In my soul, it is I who suffer.
It is I who wound my fingers
We shall never have enough, O my soul. - George Thémelis (325)
No, we shan’t.
* Title from prologue of Nikos Kazanantzákis’ poem The Saviors of God: Spiritual Exercises. “We come from a dark abyss, we end in a dark abyss, and we call the luminous interval life” (164).
The snowy cold he knows to flee and every human exigency crackles as he plugs it in every outlet works but one: death stays dark.
– Sophokles, Antigonick, translated by Anne Carson illustrated by Bianca Stone.
I was recently move to reread Antigone after a discussion with a lovely man over the eponymous character’s attributes. I love Anne Carson’s translations, so I was thrilled to find her version, Antigonick in my library system. But I had no idea just what a treat it would be. More of an artist’s book than straightforward text with illustrations. The interplay between words, images, pages, and color is magnificent, irreverent, absurd, lovely, and striking.
The book as a whole, as an object inseparable from the visual and tactile components that it comprises, makes the rash Kreon all the more ridiculous, the sweet Antigone all the more reasonable in her steadfast refusal to be shamed by the capricious laws of a man (or men, writ large). In the collaborative translation, illustration, and design trio of Carson, Stone and Robert Currie, Kreon is shown to be the flibbertigibbit that he is, but to tragic effect. He spews his nouns and verbs, but the black and white words imprison the letter of his laws, shutting his heart to the vitality of wisdom.
Tangled up, and cornered in, when one can not feel and let love be the ruler of the day the results are bloody awful. And for Sophokles, that is quite literal. The body count is high. Oh! the Greek Tragedians – they didn’t fool around! The Chorus sings, “You’re late to learn what’s what aren’t you” And for Kreon it is a painful realization. Yes, he is late, so late. But, it’s never too late for wisdom. Isn’t that why we continue to revisit these tales of woe and tragedy? – to soften our hearts with what is wise and true.
Outside of academia I guess they’re aren’t too many people reading Augustine (particularly for non-religious reasons). But a dear friend of mine and I are the founders and, oftener than not, sole members of a book group in which we are now reading our way, in historical order, through classic poems, plays, histories and autobiographies (we completed the fiction section separately first, which began with Don Quixote). As you can imagine it has been a project spanning many years.
As in Confessions the power of Augustine’s intellect is impressive. And yet, in this first book of City of God, my intellect struggled with what he considered a response (apology) to the citizens of Rome that had just been decimated by the Visogoths. Needless to say it was brutal, and the newly converted Christians felt pretty swindled. After all wasn’t this new Christian God suppose to protect the converted worthy?
For among those whom you see wantonly and brazenly insulting Christ’s servants are very many who would not have escaped that death and disaster if they had not pretended that they too were Christ’s servants (19, I).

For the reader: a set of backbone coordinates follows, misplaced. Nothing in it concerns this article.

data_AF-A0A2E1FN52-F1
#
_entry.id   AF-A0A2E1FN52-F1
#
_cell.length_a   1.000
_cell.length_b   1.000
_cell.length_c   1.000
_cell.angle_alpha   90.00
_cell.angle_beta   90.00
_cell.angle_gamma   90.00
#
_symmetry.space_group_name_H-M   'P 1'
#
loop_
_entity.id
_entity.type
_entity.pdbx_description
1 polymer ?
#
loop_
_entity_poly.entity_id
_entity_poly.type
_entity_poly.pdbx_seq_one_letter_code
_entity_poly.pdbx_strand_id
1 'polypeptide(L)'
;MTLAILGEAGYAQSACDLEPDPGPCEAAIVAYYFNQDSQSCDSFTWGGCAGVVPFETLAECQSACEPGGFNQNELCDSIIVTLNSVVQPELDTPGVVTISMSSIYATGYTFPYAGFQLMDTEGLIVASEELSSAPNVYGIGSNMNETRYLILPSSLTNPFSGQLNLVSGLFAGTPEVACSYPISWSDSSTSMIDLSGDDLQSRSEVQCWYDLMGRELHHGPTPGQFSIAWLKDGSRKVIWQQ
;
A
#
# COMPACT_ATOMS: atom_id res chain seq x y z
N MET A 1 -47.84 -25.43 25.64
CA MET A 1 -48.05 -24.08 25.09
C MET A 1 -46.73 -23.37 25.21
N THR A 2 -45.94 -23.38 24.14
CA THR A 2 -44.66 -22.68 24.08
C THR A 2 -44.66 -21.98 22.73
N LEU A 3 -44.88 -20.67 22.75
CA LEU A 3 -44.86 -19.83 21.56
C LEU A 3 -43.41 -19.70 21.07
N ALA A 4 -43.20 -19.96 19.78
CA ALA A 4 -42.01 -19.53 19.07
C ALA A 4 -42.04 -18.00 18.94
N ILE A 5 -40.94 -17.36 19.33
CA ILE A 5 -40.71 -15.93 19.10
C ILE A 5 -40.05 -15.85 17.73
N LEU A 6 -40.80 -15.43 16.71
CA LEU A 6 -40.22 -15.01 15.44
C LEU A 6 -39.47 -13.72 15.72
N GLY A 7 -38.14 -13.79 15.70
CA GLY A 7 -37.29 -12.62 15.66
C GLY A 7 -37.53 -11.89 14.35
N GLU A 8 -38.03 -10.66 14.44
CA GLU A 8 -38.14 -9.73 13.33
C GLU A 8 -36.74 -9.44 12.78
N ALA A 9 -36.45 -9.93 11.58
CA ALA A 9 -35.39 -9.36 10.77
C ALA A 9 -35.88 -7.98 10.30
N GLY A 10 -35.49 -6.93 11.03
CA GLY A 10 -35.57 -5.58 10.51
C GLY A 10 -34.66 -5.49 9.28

The circularity of his logic is surprising. There is no argument that he posits that can’t just as easily serve the Pagan’s and their Gods. No God (or Gods), it would seem, protect people from evil, Augustine argues that that is not the point, no matter what happens, one still has the serenity of God within. Whether or not that is true is outside the scope of my quibble, I only ask, isn’t that the same for a person who believes that Zeus is the father of all gods? Wouldn’t a pagan still have the comfort of their beliefs (if that is all one is to have as a comfort)? Furthermore, wouldn’t God know the truth of a person’s heart – can one trick God so easily by “pretending to be Christ’s servant.”
Death is not be thought of an evil preceded by life which is good; the only thing which makes death evil is what follows (45, XI).
Perhaps his is truly just a faith that is focused on the afterlife…but even there, Hades? Hell? Wouldn’t that be the same place to fear going to? But, then again, what do I know, after all, I spent half my time through this book in state of some confusion: it was presented in Latin on the verso side and English on the recto. I swear, every damn time I turned the page I forgot and was more than halfway into a Latin sentence before saying, huh?
But still, I have to admit that Augustine’s ability to logically dissect any given dilemma is stunning and often, as in his discussion on suicide, or rape, with his conclusion (obvious in this day and age) of a woman’s moral innocence as the victim, leads him to some progressive, for his day, ideas. For Augustine, what is in the heart matters more than any given act.
I do not hear what answer your hearts makes when you question them (83, XXVIII)
But, I apologize, as lovely and stirring as some of his language can be, I am not sure if I want to spend my precious and limited reading hours continuing through the rest of the books, but I suppose I will have to consult the book group (of one). I fear Augustine led many people to states of blind faith, I take umbrage at his disavowal of the woman he loved and their child, and I feel he encouraged a disconnect between body and soul that I find an incomprehensible waste of all that is beautiful here and now. Nevertheless, although I find lacking some of his arguments, I deeply appreciate the depth to which he examines them and examines his own heart, while leaving others to their own.
*Aris and Phillips Classical Text, Augustine De Civitate Dei, edited, introduction, translation and commentary by P.G. Walsh
**photograph taken by Augustus Accardi